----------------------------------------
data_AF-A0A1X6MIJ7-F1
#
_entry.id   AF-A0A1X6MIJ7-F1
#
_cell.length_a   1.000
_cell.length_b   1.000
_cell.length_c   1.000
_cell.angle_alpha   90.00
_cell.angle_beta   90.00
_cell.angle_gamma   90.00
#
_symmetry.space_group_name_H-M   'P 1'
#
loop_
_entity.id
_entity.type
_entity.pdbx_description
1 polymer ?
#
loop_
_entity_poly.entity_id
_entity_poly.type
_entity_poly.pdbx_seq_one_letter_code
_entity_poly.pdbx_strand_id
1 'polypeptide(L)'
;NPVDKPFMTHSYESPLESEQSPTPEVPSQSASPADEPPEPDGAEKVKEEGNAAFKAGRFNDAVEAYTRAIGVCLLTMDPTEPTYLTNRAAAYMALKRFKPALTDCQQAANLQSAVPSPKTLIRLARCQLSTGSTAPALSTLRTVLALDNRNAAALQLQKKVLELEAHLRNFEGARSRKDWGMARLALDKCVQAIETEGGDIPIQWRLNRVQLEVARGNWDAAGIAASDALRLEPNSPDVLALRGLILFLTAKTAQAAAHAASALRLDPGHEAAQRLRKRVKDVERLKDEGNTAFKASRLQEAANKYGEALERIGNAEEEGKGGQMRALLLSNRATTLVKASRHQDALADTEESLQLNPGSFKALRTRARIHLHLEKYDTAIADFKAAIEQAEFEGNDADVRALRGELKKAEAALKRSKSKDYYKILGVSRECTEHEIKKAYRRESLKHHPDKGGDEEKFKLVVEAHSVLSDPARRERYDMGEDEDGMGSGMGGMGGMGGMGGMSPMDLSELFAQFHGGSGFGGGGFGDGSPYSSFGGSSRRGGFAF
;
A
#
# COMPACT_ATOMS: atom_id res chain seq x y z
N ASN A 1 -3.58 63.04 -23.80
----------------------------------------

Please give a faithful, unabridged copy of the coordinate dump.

data_AF-A0A1X6MIJ7-F1
#
_entry.id   AF-A0A1X6MIJ7-F1
#
_cell.length_a   1.000
_cell.length_b   1.000
_cell.length_c   1.000
_cell.angle_alpha   90.00
_cell.angle_beta   90.00
_cell.angle_gamma   90.00
#
_symmetry.space_group_name_H-M   'P 1'
#
loop_
_entity.id
_entity.type
_entity.pdbx_description
1 polymer ?
#
loop_
_entity_poly.entity_id
_entity_poly.type
_entity_poly.pdbx_seq_one_letter_code
_entity_poly.pdbx_strand_id
1 'polypeptide(L)'
;NPVDKPFMTHSYESPLESEQSPTPEVPSQSASPADEPPEPDGAEKVKEEGNAAFKAGRFNDAVEAYTRAIGVCLLTMDPTEPTYLTNRAAAYMALKRFKPALTDCQQAANLQSAVPSPKTLIRLARCQLSTGSTAPALSTLRTVLALDNRNAAALQLQKKVLELEAHLRNFEGARSRKDWGMARLALDKCVQAIETEGGDIPIQWRLNRVQLEVARGNWDAAGIAASDALRLEPNSPDVLALRGLILFLTAKTAQAAAHAASALRLDPGHEAAQRLRKRVKDVERLKDEGNTAFKASRLQEAANKYGEALERIGNAEEEGKGGQMRALLLSNRATTLVKASRHQDALADTEESLQLNPGSFKALRTRARIHLHLEKYDTAIADFKAAIEQAEFEGNDADVRALRGELKKAEAALKRSKSKDYYKILGVSRECTEHEIKKAYRRESLKHHPDKGGDEEKFKLVVEAHSVLSDPARRERYDMGEDEDGMGSGMGGMGGMGGMGGMSPMDLSELFAQFHGGSGFGGGGFGDGSPYSSFGGSSRRGGFAF
;
A
#
# COMPACT_ATOMS: atom_id res chain seq x y z
N ASN A 1 -3.58 63.04 -23.80